There are a few different game modes to experience, though all but one play exactly the same (5v5 matches). The only difference between the modes comes at the hero selection screen before the match begins. All Pick mode allows players to choose from any hero currently in Dota 2 on a first-come first-served basis and is a great mode to practice one specific hero of your choosing. The other modes limit the Hero selection in some way: Single Draft only gives each player three Heroes to choose from, Random Draft chooses 20 Heroes at random for everyone to choose from; Least Played forces players to choose from their least played Heroes; and All Random gives each player a random Hero.
Captain's Mode is the "professional" method of choosing Heroes and is by far the most interesting selection method. Each team alternates banning and choosing Heroes until a total of ten Heroes are banned and ten are chosen (five for each team). The amount of planning and strategy that goes into each and every pick is incredibly stressful and is always interesting to watch on a professional level.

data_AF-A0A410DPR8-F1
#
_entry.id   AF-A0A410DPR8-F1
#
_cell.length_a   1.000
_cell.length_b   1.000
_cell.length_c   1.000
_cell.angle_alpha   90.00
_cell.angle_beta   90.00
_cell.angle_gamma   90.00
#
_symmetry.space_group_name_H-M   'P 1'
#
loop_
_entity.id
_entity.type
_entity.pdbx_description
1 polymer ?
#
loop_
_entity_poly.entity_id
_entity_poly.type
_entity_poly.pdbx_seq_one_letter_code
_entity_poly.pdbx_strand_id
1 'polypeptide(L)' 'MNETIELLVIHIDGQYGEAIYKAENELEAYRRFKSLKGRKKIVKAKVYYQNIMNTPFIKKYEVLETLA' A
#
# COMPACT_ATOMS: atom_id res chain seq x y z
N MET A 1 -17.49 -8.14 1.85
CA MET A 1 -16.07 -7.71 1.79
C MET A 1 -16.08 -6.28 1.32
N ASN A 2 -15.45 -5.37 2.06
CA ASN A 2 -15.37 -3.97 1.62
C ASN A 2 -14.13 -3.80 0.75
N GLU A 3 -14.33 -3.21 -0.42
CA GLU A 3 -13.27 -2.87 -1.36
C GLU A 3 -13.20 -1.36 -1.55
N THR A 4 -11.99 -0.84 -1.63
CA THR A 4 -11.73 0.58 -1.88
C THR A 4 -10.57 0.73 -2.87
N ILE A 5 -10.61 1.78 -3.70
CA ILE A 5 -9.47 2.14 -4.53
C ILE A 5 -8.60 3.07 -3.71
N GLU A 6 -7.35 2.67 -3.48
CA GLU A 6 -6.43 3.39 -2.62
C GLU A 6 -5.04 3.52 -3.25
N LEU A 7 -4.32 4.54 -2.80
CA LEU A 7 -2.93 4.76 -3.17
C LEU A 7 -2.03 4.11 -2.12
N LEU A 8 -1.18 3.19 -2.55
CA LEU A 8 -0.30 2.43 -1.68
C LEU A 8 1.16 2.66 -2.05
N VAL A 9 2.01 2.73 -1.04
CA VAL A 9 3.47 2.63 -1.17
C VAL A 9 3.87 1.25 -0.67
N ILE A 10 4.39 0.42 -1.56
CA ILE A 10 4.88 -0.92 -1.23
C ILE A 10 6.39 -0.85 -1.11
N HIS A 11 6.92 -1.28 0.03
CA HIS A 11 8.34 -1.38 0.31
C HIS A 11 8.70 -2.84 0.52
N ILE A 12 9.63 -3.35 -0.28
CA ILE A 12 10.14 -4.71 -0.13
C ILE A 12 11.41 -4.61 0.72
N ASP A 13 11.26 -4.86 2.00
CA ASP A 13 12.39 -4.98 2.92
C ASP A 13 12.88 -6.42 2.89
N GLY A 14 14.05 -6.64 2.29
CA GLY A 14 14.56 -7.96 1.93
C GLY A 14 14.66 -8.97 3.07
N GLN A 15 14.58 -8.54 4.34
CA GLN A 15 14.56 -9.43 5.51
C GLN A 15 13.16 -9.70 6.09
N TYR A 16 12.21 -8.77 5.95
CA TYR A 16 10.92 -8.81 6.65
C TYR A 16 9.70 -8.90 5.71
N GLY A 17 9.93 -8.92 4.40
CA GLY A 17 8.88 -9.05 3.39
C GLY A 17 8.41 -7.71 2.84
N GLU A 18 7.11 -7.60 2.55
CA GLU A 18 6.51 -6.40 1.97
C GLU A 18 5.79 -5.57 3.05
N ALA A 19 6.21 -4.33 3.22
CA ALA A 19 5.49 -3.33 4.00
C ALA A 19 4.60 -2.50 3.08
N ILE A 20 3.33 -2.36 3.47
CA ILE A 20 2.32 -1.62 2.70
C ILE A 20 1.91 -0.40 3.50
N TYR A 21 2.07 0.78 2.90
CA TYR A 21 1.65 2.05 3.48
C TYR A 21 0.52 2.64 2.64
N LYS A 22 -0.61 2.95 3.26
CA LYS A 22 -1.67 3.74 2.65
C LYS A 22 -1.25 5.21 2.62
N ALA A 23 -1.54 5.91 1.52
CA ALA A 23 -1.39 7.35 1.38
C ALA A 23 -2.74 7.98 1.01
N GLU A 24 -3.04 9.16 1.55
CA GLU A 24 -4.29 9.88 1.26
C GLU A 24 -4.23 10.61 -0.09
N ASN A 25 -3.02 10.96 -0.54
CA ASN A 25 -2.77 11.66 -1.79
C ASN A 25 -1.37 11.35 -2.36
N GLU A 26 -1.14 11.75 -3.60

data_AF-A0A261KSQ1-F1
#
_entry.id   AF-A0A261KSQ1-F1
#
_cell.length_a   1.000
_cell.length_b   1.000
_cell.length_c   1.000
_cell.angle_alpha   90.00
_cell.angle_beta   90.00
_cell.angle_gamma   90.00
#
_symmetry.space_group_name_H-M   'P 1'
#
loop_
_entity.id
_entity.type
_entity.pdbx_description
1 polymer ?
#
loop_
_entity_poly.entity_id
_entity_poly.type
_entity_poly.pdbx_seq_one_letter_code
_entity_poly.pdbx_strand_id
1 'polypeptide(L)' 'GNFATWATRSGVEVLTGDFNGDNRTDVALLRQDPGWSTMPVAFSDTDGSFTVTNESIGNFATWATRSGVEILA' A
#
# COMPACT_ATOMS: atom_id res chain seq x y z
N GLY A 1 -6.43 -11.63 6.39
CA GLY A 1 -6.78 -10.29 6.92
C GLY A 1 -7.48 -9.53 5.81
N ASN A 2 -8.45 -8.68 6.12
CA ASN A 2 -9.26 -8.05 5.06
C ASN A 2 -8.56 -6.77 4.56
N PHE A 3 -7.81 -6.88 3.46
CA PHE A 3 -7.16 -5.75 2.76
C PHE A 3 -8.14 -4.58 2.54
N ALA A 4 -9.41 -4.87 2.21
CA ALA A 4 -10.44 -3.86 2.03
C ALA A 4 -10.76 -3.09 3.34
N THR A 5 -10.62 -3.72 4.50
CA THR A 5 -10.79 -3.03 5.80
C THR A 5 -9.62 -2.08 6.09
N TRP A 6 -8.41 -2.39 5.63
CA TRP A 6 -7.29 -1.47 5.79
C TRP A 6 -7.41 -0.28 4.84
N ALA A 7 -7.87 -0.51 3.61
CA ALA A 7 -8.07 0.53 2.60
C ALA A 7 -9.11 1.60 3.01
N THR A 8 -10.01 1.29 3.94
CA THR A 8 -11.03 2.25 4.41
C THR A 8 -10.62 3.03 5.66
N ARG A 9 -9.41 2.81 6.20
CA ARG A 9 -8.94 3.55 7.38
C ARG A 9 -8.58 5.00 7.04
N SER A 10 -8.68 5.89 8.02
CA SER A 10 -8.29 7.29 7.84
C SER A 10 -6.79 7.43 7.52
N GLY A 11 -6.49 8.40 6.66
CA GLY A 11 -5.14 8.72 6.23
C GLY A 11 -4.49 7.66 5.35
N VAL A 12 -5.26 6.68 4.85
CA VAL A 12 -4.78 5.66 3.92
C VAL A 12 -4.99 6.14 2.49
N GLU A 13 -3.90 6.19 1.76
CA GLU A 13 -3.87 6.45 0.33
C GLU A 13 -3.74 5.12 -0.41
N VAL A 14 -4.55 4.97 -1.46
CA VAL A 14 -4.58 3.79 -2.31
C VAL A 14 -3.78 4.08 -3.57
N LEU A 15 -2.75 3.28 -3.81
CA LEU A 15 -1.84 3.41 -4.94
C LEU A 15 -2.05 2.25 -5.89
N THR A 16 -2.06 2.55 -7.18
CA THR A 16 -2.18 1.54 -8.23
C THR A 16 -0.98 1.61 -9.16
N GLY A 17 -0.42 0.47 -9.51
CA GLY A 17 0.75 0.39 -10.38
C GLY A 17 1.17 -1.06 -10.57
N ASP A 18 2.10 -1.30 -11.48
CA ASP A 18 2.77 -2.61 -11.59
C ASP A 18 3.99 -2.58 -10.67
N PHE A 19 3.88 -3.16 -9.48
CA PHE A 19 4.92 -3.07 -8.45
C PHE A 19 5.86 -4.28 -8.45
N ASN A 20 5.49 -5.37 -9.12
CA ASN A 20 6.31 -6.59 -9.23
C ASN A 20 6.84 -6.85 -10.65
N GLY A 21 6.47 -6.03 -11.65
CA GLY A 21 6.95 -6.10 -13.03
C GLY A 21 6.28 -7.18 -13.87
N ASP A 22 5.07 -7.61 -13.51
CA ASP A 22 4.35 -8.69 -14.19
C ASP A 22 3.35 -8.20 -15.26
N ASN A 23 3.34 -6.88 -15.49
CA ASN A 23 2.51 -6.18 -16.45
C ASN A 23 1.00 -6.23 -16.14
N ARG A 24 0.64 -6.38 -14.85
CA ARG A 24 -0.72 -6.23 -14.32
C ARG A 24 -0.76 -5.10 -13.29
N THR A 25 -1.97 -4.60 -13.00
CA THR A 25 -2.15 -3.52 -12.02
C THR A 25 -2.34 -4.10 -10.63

Playing Captain's Mode can be a mixed bag with strangers as teammates, as the captain is randomly chosen. Without communication, a team can be left with a captain who picks and bans whoever they please, often to the dismay of their fellow teammates. Communication is certainly important in each mode in order to create decent team compositions, but this applies tenfold to Captain's Mode.
Chances are, everyone has heard of the prototypical MOBA player being excessively cynical towards other players. And yes, it's true that I've received more trash-talk from fellow teammates in Dota 2 than any other game that comes to mind. Likely due to the importance of each team member within any given match, this behavior is regrettably common. Fortunately, however, Valve has implemented some ways to help quell the overwhelming force of buttheads.
Reporting is fairly straightforward and can be used to punish more than just the angry text chat abusers. Multiple categories exist for reporting other players, including chat abuse and griefing. It's not guaranteed that action will be taken against these players, but if it is, the player who reported them will get a notification saying so. It is also possible for players to receive a communication ban, which prevents them from typing or voice chatting.